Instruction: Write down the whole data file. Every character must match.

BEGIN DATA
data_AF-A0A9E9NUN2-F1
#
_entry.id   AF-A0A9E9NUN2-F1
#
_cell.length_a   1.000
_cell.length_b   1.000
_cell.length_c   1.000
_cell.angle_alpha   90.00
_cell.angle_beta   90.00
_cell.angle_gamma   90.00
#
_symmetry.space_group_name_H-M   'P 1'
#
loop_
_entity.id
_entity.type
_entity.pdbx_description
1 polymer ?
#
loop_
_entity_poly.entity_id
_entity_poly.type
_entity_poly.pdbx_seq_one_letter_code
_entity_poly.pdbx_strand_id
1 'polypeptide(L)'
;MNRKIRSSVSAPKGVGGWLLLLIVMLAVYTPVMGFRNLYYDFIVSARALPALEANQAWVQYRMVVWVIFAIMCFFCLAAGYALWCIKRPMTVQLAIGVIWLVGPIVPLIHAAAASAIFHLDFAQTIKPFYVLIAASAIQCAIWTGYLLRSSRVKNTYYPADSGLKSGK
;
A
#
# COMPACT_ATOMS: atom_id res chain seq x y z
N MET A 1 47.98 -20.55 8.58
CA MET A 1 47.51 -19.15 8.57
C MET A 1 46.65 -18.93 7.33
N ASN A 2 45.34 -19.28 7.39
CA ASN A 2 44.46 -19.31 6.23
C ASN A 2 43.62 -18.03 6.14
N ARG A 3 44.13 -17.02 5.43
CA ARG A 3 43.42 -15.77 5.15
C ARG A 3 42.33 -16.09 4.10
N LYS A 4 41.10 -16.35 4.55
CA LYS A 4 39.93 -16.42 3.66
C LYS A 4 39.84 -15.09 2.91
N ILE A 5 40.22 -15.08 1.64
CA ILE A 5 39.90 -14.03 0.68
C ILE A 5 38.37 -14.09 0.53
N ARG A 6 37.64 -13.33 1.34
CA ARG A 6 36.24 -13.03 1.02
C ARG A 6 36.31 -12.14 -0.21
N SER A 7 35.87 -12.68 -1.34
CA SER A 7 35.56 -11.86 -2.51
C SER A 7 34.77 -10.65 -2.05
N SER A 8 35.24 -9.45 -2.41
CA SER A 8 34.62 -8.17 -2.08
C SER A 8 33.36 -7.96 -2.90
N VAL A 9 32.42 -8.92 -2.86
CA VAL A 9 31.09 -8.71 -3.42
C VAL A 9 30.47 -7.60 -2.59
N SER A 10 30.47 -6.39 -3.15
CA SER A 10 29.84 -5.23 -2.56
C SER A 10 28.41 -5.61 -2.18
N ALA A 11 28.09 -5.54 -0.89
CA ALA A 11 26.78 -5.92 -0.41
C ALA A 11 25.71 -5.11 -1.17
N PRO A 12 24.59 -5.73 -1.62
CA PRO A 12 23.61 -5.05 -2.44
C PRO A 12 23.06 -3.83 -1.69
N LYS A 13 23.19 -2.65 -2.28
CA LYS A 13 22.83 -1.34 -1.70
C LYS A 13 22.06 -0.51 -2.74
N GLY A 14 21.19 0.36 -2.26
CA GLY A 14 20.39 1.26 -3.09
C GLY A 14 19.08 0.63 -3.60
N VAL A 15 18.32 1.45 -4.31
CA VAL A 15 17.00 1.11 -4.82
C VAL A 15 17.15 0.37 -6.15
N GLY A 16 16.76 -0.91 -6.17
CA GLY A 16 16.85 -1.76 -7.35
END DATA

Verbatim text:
data_AF-A0A9E9NUN2-F1
#
_entry.id   AF-A0A9E9NUN2-F1
#
_cell.length_a   1.000
_cell.length_b   1.000
_cell.length_c   1.000
_cell.angle_alpha   90.00
_cell.angle_beta   90.00
_cell.angle_gamma   90.00
#
_symmetry.space_group_name_H-M   'P 1'
#
loop_
_entity.id
_entity.type
_entity.pdbx_description
1 polymer ?
#
loop_
_entity_poly.entity_id
_entity_poly.type
_entity_poly.pdbx_seq_one_letter_code
_entity_poly.pdbx_strand_id
1 'polypeptide(L)'
;MNRKIRSSVSAPKGVGGWLLLLIVMLAVYTPVMGFRNLYYDFIVSARALPALEANQAWVQYRMVVWVIFAIMCFFCLAAGYALWCIKRPMTVQLAIGVIWLVGPIVPLIHAAAASAIFHLDFAQTIKPFYVLIAASAIQCAIWTGYLLRSSRVKNTYYPADSGLKSGK
;
A
#
# COMPACT_ATOMS: atom_id res chain seq x y z
N MET A 1 47.98 -20.55 8.58
CA MET A 1 47.51 -19.15 8.57
C MET A 1 46.65 -18.93 7.33
N ASN A 2 45.34 -19.28 7.39
CA ASN A 2 44.46 -19.31 6.23
C ASN A 2 43.62 -18.03 6.14
N ARG A 3 44.13 -17.02 5.43
CA ARG A 3 43.42 -15.77 5.15
C ARG A 3 42.33 -16.09 4.10
N LYS A 4 41.10 -16.35 4.55
CA LYS A 4 39.93 -16.42 3.66
C LYS A 4 39.84 -15.09 2.91
N ILE A 5 40.22 -15.08 1.64
CA ILE A 5 39.90 -14.03 0.68
C ILE A 5 38.37 -14.09 0.53
N ARG A 6 37.64 -13.33 1.34
CA ARG A 6 36.24 -13.03 1.02
C ARG A 6 36.31 -12.14 -0.21
N SER A 7 35.87 -12.68 -1.34
CA SER A 7 35.56 -11.86 -2.51
C SER A 7 34.77 -10.65 -2.05
N SER A 8 35.24 -9.45 -2.41
CA SER A 8 34.62 -8.17 -2.08
C SER A 8 33.36 -7.96 -2.90
N VAL A 9 32.42 -8.92 -2.86
CA VAL A 9 31.09 -8.71 -3.42
C VAL A 9 30.47 -7.60 -2.59
N SER A 10 30.47 -6.39 -3.15
CA SER A 10 29.84 -5.23 -2.56
C SER A 10 28.41 -5.61 -2.18
N ALA A 11 28.09 -5.54 -0.89
CA ALA A 11 26.78 -5.92 -0.41
C ALA A 11 25.71 -5.11 -1.17
N PRO A 12 24.59 -5.73 -1.62
CA PRO A 12 23.61 -5.05 -2.44
C PRO A 12 23.06 -3.83 -1.69
N LYS A 13 23.19 -2.65 -2.28
CA LYS A 13 22.83 -1.34 -1.70
C LYS A 13 22.06 -0.51 -2.74
N GLY A 14 21.19 0.36 -2.26
CA GLY A 14 20.39 1.26 -3.09
C GLY A 14 19.08 0.63 -3.60
N VAL A 15 18.32 1.45 -4.31
CA VAL A 15 17.00 1.11 -4.82
C VAL A 15 17.15 0.37 -6.15
N GLY A 16 16.76 -0.91 -6.17
CA GLY A 16 16.85 -1.76 -7.35